I own a tattered deck by author Judy Reeves. It’s a stack of writing prompts along with a guidebook on how to use its suggested exercises when away on a creative or contemplative retreat. I must’ve read the word “suggested” too literally, because I’ve never attempted a single writing exercise from this series. The cards are well worn, though. I throw them in my suitcase every time I head somewhere for solitude. I’ve read the guidebook from front to back, the deck from top to bottom. I reference the book when I’m planning to host my own private getaways. Yet, I’ve never done any of the recommended writing.
I pulled out these cards just the other day. I’m not headed anywhere during the lockdown, but the deck seemed to beg my attention. So, I obliged. When I opened them, I was faced with a prompt titled “Planting Seeds, Tending Gardens” which encouraged me to “write about being transplanted.”
People often ask why I moved abroad. Like a good multipod, I don’t have just one answer. There are multiple factors that went into my family’s decision to pack up our Los Angeles home of nearly a decade and make a new start in Amsterdam.
The Netherlands had never crossed my mind before a solo trip to Italy landed me at Amsterdam’s Schiphol Airport (with my Judy Reeves deck in tow) on a brief layover.
Inside, I found myself dwarfed by giant cardboard cutouts of Dutch Canal Houses. I really don’t know how to explain this without sounding super woo woo, so prepare yourselves. What I felt, in that moment, was a strong presence of light. Holland didn’t feel like my future, it felt like my past. I’m not a person who even believes in past lives, but underneath the cheesy cutouts, I felt called to this place—or maybe, called back.
I had grown really accustomed to life in California. So much so, I would’ve sworn Los Angeles was my forever home. I met my husband there, raised babies there, bought a house with a yard and learned to love the avocados that grew back there.
But my time alone in Italy and the layover in Amsterdam forced me to see that I had become a little too comfortable in the Golden State. My inner multipotentialite goddess needed to shake things up a bit.
Back in the States and barely unpacked, I announced my bright, new idea to my spouse. “I think we’re creatively stagnant. Everything is far too familiar here. We should leave…the continent!”
My partner is a Taurus. For those of you who don’t speak astrology (I just learned this myself), it means he’s one seriously grounded dude. When I spoke the words change continents, he had been with the same company for 18 years. His wife, on the other hand, could barely hold a job for 18 minutes. I think he admired this about me.
Since we’d been married for almost as long as he had held his job, he learned how to steady himself whenever I decided to turn our worlds upside down. Not every life-altering idea I throw out there materializes, so he coached himself to play along and not worry about the brand new thing actually actualizing.
We had a lot of fun during his denial stage. We watched plenty episodes of House Hunters International. We got caught up on every selling point of Dutch culture—low incarceration rate (I’m into freedom), the world’s happiest families (we deserve joy), anti-prudish (I detest fake virtue, even if I’ve been guilty of it plenty myself).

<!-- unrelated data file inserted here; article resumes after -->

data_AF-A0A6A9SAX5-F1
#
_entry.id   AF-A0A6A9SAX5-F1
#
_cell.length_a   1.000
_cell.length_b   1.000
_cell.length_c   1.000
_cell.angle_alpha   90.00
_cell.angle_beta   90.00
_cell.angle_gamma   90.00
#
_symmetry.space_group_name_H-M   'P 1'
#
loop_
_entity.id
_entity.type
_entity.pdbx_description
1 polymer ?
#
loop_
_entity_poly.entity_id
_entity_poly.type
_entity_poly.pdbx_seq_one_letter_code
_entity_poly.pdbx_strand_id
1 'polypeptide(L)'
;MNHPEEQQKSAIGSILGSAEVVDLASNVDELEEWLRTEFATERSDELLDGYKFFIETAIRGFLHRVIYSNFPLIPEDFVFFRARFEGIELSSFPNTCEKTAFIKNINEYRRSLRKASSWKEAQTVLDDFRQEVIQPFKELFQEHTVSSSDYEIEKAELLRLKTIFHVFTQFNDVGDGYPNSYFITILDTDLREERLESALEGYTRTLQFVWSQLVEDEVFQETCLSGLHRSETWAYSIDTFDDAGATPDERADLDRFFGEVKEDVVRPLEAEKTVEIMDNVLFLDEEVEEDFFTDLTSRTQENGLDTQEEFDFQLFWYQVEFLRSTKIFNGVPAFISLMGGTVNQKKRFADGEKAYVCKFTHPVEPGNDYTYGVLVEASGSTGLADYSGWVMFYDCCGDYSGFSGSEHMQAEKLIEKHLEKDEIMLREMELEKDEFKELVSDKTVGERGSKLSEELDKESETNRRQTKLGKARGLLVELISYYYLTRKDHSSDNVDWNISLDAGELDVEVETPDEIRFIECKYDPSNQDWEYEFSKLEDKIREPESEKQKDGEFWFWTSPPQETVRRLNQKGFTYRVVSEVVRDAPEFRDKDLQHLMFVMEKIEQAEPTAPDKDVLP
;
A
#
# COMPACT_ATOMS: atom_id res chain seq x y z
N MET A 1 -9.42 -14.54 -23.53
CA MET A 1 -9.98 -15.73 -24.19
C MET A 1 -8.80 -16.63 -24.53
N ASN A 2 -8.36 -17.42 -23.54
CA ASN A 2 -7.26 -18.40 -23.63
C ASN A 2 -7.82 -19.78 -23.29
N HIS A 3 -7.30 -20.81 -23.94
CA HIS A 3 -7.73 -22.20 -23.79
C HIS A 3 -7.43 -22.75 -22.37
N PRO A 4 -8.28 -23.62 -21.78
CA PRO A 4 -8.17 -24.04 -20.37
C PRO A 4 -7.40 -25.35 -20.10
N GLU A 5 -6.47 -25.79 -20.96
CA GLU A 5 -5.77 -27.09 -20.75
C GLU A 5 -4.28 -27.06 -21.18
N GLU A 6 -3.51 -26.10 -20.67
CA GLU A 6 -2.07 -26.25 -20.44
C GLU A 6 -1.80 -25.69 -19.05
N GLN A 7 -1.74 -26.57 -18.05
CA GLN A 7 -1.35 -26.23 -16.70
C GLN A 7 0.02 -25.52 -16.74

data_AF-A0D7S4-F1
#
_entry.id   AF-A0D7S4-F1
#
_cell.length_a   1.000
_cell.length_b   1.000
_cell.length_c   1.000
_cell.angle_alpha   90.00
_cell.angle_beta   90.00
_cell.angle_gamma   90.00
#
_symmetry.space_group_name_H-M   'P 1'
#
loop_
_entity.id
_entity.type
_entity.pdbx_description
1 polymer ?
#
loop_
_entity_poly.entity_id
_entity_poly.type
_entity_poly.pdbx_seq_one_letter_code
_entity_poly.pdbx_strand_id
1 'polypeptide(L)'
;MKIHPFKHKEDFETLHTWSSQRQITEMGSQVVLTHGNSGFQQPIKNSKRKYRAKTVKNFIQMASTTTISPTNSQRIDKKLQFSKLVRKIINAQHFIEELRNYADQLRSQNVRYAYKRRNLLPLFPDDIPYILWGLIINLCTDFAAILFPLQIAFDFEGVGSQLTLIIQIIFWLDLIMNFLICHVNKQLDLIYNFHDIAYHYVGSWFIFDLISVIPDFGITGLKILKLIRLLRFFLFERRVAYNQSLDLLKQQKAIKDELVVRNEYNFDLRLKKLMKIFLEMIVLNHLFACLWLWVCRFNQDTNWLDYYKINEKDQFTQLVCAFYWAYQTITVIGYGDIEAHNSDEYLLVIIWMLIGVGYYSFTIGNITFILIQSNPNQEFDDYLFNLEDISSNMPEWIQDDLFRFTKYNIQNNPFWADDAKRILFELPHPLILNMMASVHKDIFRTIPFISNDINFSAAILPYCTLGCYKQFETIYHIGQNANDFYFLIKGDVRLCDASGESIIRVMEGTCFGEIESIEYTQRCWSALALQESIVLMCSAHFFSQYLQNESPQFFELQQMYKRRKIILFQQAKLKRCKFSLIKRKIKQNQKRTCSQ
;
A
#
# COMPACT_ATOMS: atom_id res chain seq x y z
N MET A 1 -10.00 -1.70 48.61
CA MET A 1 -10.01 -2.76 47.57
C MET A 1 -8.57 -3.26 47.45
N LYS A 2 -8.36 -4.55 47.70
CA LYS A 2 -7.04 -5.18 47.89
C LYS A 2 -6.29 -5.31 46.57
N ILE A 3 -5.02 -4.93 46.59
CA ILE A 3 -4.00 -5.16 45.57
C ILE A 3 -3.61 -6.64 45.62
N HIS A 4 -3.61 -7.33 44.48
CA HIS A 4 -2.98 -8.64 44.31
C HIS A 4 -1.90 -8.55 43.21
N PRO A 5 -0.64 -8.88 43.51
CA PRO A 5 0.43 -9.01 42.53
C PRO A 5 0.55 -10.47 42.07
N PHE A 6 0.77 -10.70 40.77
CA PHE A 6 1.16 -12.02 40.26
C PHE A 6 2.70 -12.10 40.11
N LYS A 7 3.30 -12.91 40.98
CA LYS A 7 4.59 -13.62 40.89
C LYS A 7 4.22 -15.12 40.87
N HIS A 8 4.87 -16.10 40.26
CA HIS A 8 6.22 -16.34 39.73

Dutch cigar wrappers kept showing up in front of our house. Either this was a sign or our neighbors wanted to encourage the move.
We even expanded our horizon, entertaining the thoughts of other cities—Stockholm, Paris, Cape Town, Barcelona. We went to visit some of these places too.
Then, I got scared. California is warm. Sweden and The Netherlands are cold. Plus I had avocados growing on a tree in my backyard!!
People were starting to respect the work I was doing locally. I had transformed the ground floor of our home into an alternative art space, where I organized group shows. Folk seemed to appreciate this work. Would it make sense to pick up and leave when I was just gaining traction? And didn’t I say, out loud, about a decade ago, to a rapt audience of friends, that I would never live in Europe, the land of my colonizers?
I was ready to pack up this living abroad dream and all of the research that went with it, when my husband got a ring from his employer. The boss had called to say he had to lay my husband off, permanently. Yep, from that job of nearly 18 years!
That Amsterdam airport light, once warm and inviting, was now beaming, strong and aggressive, like a searchlight summoning us out of hiding.
We both knew we had to step out and show up in the world.
Transplanting, in horticulture, is the process of removing a plant from the place where it has been growing and replanting it in another. (U.S. Dept. of Agriculture)
Flowers that have been started indoors may be transplanted when all danger of frost has passed. (Britannica)
We uprooted during the summer months with the frost of Holland a safe distance away. By the time the winters I feared had arrived, my family was snug and firmly grounded in our brand new, old country.
One final quote for the road…
You too can follow the prompt. Tell us your multipotentialite transplant adventure in the comments section. Have you relocated to a new a job or a new town? Maybe you’ve transplanted yourself from one major field of study to its polar opposite. Share all the Putty deets below!